Author Topic: Coping self-talk  (Read 35970 times)

[Buddie]

Re: Coping self-talk
« Reply #10 on: December 29, 2011, 08:48:56 pm »
The list I've posted here could sound very Zen but it's not. It's a list I've compiled from my therapy sessions of many years ago. My therapist wasn't the least bit into Zen practises. Although, many Zen practices and psychosocial tools are very similar.
Suggestions, opinions and/or advice provided by the author of this post should not be regarded as medical advice; nor should it substitute for professional medical care. Consult your doctor before making any changes to your medication. Please read our Community Policy Documents board for further information.

[Buddie]

Re: Coping self-talk
« Reply #11 on: December 29, 2011, 09:18:34 pm »
Well [...] and [...],

You are both right. And I did read that link and I can see that I already do practice many of those coping strategies.

That makes me feel better at this moment. Thank you both for trying to help anyone out there with these problems.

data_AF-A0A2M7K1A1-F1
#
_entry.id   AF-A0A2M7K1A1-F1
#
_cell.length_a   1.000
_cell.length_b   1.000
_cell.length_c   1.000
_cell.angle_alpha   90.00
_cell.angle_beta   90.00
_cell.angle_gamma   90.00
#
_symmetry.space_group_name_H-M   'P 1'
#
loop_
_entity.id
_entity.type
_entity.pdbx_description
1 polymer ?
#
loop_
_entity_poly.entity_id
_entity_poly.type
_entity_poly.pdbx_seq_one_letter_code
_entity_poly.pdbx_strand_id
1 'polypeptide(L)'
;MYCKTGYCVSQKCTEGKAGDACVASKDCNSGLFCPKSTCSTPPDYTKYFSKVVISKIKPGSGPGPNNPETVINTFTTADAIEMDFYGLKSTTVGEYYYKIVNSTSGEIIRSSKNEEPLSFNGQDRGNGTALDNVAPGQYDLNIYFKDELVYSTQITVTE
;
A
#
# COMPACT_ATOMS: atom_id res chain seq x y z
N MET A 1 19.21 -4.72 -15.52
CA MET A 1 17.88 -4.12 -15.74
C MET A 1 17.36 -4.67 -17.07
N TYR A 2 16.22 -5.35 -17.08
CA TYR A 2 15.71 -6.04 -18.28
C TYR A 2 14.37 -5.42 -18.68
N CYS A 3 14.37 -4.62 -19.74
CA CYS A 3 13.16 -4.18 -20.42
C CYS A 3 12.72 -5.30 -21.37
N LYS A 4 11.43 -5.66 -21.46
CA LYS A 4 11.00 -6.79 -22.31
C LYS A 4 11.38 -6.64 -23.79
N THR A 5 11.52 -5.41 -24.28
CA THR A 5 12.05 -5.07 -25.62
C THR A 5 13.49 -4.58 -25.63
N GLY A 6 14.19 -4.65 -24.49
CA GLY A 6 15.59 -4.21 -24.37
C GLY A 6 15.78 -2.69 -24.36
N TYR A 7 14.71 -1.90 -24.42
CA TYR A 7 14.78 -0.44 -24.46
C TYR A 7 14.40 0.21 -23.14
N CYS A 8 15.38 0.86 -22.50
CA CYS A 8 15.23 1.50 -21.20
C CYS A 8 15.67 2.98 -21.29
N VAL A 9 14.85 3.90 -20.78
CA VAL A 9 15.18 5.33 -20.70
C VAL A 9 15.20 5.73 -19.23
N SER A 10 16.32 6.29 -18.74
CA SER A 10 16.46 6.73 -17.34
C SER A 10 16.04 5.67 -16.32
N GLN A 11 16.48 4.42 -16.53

I am examining what has upset me today (and actually these past 2 months). I am overall wanting to be off this stuff first and foremost. Secondly, I want to be on the med that allows me to start a  titration taper. Thirdly and lastly, I want to get past these w/d sx that came on when I dropped that Xanax 12/11.

Anyway, I could go on with much discussion, but it is good to realize (through another venue i.e. that link) that i am using some of my well worn coping skills no matter how irritable and worried I get.

[...]
Suggestions, opinions and/or advice provided by the author of this post should not be regarded as medical advice; nor should it substitute for professional medical care. Consult your doctor before making any changes to your medication. Please read our Community Policy Documents board for further information.

[Buddie]

Re: Coping self-talk
« Reply #12 on: December 29, 2011, 09:24:04 pm »
Your reasons for being upset are absolutely valid, I know those same concerns, worries, plague most if not all of us.  But I'm really glad you are able to also see them objectively, which is a really good sign.  it also says a tremendous amount that you recognize that you have within you the ability to cope despite how difficult this is.  :)
[...]